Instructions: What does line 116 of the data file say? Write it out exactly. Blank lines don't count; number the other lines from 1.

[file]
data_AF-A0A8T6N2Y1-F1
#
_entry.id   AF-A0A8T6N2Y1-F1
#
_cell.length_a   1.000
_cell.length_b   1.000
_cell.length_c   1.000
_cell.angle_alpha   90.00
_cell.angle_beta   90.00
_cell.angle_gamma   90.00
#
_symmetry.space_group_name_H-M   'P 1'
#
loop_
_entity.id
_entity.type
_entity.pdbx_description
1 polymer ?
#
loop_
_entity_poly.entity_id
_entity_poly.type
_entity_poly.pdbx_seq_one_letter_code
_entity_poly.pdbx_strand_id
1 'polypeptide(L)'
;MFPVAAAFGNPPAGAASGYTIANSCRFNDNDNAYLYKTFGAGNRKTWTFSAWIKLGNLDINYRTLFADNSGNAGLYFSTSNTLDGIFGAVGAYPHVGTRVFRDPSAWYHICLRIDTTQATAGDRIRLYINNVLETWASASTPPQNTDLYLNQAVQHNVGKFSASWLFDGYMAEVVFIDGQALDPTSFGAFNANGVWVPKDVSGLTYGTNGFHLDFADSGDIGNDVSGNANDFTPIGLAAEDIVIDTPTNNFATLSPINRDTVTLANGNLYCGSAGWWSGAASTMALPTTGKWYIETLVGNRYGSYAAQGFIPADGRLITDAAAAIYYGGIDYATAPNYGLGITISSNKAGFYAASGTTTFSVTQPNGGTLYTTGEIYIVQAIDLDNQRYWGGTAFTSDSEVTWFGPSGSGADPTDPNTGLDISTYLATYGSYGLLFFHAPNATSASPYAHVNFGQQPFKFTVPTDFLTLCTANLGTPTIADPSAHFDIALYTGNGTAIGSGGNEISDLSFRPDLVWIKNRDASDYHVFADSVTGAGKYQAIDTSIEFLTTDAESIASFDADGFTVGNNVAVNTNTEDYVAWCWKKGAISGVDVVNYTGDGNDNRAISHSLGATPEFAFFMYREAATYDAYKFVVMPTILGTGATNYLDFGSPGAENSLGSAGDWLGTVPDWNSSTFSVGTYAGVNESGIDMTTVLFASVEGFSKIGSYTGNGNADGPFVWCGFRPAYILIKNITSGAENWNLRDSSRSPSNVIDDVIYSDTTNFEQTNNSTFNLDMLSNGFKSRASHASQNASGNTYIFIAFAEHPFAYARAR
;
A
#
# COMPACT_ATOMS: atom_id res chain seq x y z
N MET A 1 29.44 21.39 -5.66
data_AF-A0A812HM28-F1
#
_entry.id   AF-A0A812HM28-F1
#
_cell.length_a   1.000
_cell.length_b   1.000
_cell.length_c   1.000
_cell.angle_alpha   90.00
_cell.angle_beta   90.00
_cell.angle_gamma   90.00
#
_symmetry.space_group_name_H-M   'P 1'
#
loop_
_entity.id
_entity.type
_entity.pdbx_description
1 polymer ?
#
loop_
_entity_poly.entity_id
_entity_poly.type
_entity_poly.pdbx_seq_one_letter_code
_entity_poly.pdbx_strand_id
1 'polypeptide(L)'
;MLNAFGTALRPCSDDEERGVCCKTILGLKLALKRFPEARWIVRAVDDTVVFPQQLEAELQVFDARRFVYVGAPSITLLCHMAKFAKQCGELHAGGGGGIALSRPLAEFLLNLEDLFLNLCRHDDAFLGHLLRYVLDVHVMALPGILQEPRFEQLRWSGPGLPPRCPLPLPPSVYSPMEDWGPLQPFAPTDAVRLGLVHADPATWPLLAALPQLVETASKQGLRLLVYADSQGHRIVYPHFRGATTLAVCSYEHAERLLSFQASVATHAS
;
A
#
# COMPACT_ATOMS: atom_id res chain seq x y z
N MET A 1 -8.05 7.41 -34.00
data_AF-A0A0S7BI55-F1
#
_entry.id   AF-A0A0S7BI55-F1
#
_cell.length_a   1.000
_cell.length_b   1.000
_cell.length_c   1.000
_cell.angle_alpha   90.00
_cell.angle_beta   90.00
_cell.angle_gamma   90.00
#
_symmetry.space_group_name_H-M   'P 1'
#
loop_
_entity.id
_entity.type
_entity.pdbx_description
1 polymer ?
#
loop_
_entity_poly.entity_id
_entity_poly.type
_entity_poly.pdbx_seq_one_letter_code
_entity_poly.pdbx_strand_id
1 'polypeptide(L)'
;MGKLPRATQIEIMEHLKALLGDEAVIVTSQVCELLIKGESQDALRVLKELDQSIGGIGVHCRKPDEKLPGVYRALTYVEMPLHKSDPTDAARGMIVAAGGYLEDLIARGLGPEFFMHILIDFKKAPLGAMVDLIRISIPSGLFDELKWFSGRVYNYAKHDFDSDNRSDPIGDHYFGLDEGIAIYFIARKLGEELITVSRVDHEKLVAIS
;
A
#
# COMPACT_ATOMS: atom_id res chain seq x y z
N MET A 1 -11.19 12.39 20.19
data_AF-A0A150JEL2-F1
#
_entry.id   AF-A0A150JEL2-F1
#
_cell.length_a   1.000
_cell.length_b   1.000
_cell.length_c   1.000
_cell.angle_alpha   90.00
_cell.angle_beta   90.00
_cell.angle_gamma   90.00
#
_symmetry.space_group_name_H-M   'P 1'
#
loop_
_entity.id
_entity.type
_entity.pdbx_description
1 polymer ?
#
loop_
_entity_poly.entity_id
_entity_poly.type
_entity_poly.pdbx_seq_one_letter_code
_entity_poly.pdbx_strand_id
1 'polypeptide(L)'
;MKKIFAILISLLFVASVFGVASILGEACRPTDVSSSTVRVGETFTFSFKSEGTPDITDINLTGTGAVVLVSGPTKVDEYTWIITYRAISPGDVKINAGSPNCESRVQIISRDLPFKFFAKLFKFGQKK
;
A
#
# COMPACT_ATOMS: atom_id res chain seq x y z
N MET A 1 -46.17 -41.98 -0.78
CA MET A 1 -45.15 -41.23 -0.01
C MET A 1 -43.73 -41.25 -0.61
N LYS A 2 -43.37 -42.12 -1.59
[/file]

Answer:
_entity_poly.pdbx_seq_one_letter_code